Embassy Row

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IT TAKES AN OPTIMIST

President Clinton's special envoy for Cyprus is the type of diplomat who always thinks the glass of water is half full. "By nature, I'm an optimist. I wouldn't have taken the job if I wasn't an optimist," Alfred Moses told reporters in Cyprus yesterday.

Mr. Moses had just concluded meetings with Cyprus President Glafcos Clerides, leader of the Greek-Cypriot community, and Turkish-Cypriot leader Rauf Denktash. He had also met Mr. Denktash on Tuesday.

Although Mr. Moses made no progress in getting either side to move toward new talks on reuniting the divided island, he insisted he had good meetings.

He also signaled that he had no new diplomatic initiative to offer, despite years of pledges from the White House. He said he just wants to be a "facilitator." His is a Cyprus listening tour.

"It's been a very good meeting," Mr. Moses said after talks with Mr. Clerides. He flashed waiting reports the thumbs-up sign.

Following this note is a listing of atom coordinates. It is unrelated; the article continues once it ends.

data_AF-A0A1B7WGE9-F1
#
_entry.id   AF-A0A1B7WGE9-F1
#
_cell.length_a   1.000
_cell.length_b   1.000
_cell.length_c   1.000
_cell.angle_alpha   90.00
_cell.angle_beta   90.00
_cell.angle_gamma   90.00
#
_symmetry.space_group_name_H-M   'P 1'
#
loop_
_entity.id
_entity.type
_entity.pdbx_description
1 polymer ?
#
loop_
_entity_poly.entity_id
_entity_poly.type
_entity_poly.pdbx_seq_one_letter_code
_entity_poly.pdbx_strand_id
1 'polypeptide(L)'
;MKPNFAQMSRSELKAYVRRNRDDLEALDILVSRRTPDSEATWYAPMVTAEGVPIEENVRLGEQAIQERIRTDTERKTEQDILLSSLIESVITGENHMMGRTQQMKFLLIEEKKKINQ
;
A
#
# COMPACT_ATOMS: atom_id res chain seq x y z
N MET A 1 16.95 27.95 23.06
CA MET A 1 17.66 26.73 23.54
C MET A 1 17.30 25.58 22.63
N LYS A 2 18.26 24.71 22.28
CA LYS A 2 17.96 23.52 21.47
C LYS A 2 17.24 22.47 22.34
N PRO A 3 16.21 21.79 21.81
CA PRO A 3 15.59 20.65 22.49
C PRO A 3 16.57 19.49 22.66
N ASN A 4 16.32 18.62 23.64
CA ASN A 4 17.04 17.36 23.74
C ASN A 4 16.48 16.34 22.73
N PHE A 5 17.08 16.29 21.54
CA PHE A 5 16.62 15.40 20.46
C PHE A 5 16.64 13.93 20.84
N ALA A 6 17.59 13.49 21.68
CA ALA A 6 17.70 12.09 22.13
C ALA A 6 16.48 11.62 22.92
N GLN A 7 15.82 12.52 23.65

Cyprus government spokesman Michalis Papapetrou, however, told reporters that nothing had changed.

Mr. Clerides insists that Turkish-Cypriots agree to reunite under a federal state that represents both communities. Mr. Denktash demands diplomatic recognition for his Turkish Republic of Northern Cyprus, which is now recognized only by Turkey.

"President Clerides stuck firmly to the position of the Greek Cypriot side, and it is clear that Mr. Denktash has remained on his unacceptable terms," Mr. Papapetrou said.

"It is clear Mr. Moses hasn't been able to change Mr. Denktash's intransigent stance."

Mr. Denktash on Tuesday thanked Mr. Moses for his visit and "for his patience in listening to us."

"We had a good exchange of views," he added.

Mr. Moses said he was not trying to tell the two sides what to do.

"I will not here suggest how the problems in Cyprus should be resolved . . . but would rather be a facilitator to bring the two communities together for the benefit of all the people in Cyprus," he said.

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